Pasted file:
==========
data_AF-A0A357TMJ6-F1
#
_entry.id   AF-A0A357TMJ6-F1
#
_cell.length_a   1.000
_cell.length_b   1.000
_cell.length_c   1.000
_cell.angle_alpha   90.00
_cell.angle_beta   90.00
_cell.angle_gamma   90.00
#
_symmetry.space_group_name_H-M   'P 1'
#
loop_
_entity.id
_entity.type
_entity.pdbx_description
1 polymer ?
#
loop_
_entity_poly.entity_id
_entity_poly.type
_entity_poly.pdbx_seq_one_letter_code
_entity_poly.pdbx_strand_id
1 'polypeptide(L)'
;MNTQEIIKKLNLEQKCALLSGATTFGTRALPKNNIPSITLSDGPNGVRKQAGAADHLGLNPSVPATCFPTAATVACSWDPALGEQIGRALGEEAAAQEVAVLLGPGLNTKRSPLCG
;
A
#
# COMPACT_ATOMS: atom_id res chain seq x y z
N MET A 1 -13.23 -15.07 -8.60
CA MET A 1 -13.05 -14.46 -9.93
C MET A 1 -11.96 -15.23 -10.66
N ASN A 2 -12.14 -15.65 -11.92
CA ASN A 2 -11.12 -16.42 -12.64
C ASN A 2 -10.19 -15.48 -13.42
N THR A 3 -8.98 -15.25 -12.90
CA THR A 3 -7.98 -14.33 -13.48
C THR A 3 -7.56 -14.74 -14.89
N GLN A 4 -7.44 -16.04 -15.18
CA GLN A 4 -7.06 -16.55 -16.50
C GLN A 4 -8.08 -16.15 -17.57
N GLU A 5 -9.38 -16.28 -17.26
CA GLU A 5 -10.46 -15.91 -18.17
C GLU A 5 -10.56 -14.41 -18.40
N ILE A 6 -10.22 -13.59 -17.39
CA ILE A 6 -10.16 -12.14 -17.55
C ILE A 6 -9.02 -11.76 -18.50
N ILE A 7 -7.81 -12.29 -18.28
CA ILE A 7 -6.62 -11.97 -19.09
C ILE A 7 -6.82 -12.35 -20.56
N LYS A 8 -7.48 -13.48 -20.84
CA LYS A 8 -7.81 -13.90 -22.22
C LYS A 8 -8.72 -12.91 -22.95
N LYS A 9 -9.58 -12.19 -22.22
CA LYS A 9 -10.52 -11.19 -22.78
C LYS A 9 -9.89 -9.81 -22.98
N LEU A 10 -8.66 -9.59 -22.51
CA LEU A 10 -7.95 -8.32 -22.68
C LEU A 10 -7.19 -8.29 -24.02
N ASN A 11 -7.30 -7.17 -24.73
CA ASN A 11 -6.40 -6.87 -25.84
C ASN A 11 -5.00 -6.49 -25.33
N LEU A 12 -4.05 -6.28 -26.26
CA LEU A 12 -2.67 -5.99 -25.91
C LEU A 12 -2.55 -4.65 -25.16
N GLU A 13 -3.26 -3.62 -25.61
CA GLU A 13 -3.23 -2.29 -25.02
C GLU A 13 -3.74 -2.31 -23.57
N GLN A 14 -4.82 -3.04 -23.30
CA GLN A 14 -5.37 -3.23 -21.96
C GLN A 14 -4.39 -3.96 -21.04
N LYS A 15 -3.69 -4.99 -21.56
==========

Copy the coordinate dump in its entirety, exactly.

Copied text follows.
data_AF-A0A357TMJ6-F1
#
_entry.id   AF-A0A357TMJ6-F1
#
_cell.length_a   1.000
_cell.length_b   1.000
_cell.length_c   1.000
_cell.angle_alpha   90.00
_cell.angle_beta   90.00
_cell.angle_gamma   90.00
#
_symmetry.space_group_name_H-M   'P 1'
#
loop_
_entity.id
_entity.type
_entity.pdbx_description
1 polymer ?
#
loop_
_entity_poly.entity_id
_entity_poly.type
_entity_poly.pdbx_seq_one_letter_code
_entity_poly.pdbx_strand_id
1 'polypeptide(L)'
;MNTQEIIKKLNLEQKCALLSGATTFGTRALPKNNIPSITLSDGPNGVRKQAGAADHLGLNPSVPATCFPTAATVACSWDPALGEQIGRALGEEAAAQEVAVLLGPGLNTKRSPLCG
;
A
#
# COMPACT_ATOMS: atom_id res chain seq x y z
N MET A 1 -13.23 -15.07 -8.60
CA MET A 1 -13.05 -14.46 -9.93
C MET A 1 -11.96 -15.23 -10.66
N ASN A 2 -12.14 -15.65 -11.92
CA ASN A 2 -11.12 -16.42 -12.64
C ASN A 2 -10.19 -15.48 -13.42
N THR A 3 -8.98 -15.25 -12.90
CA THR A 3 -7.98 -14.33 -13.48
C THR A 3 -7.56 -14.74 -14.89
N GLN A 4 -7.44 -16.04 -15.18
CA GLN A 4 -7.06 -16.55 -16.50
C GLN A 4 -8.08 -16.15 -17.57
N GLU A 5 -9.38 -16.28 -17.26
CA GLU A 5 -10.46 -15.91 -18.17
C GLU A 5 -10.56 -14.41 -18.40
N ILE A 6 -10.22 -13.59 -17.39
CA ILE A 6 -10.16 -12.14 -17.55
C ILE A 6 -9.02 -11.76 -18.50
N ILE A 7 -7.81 -12.29 -18.28
CA ILE A 7 -6.62 -11.97 -19.09
C ILE A 7 -6.82 -12.35 -20.56
N LYS A 8 -7.48 -13.48 -20.84
CA LYS A 8 -7.81 -13.90 -22.22
C LYS A 8 -8.72 -12.91 -22.95
N LYS A 9 -9.58 -12.19 -22.22
CA LYS A 9 -10.52 -11.19 -22.78
C LYS A 9 -9.89 -9.81 -22.98
N LEU A 10 -8.66 -9.59 -22.51
CA LEU A 10 -7.95 -8.32 -22.68
C LEU A 10 -7.19 -8.29 -24.02
N ASN A 11 -7.30 -7.17 -24.73
CA ASN A 11 -6.40 -6.87 -25.84
C ASN A 11 -5.00 -6.49 -25.33
N LEU A 12 -4.05 -6.28 -26.26
CA LEU A 12 -2.67 -5.99 -25.91
C LEU A 12 -2.55 -4.65 -25.16
N GLU A 13 -3.26 -3.62 -25.61
CA GLU A 13 -3.23 -2.29 -25.02
C GLU A 13 -3.74 -2.31 -23.57
N GLN A 14 -4.82 -3.04 -23.30
CA GLN A 14 -5.37 -3.23 -21.96
C GLN A 14 -4.39 -3.96 -21.04
N LYS A 15 -3.69 -4.99 -21.56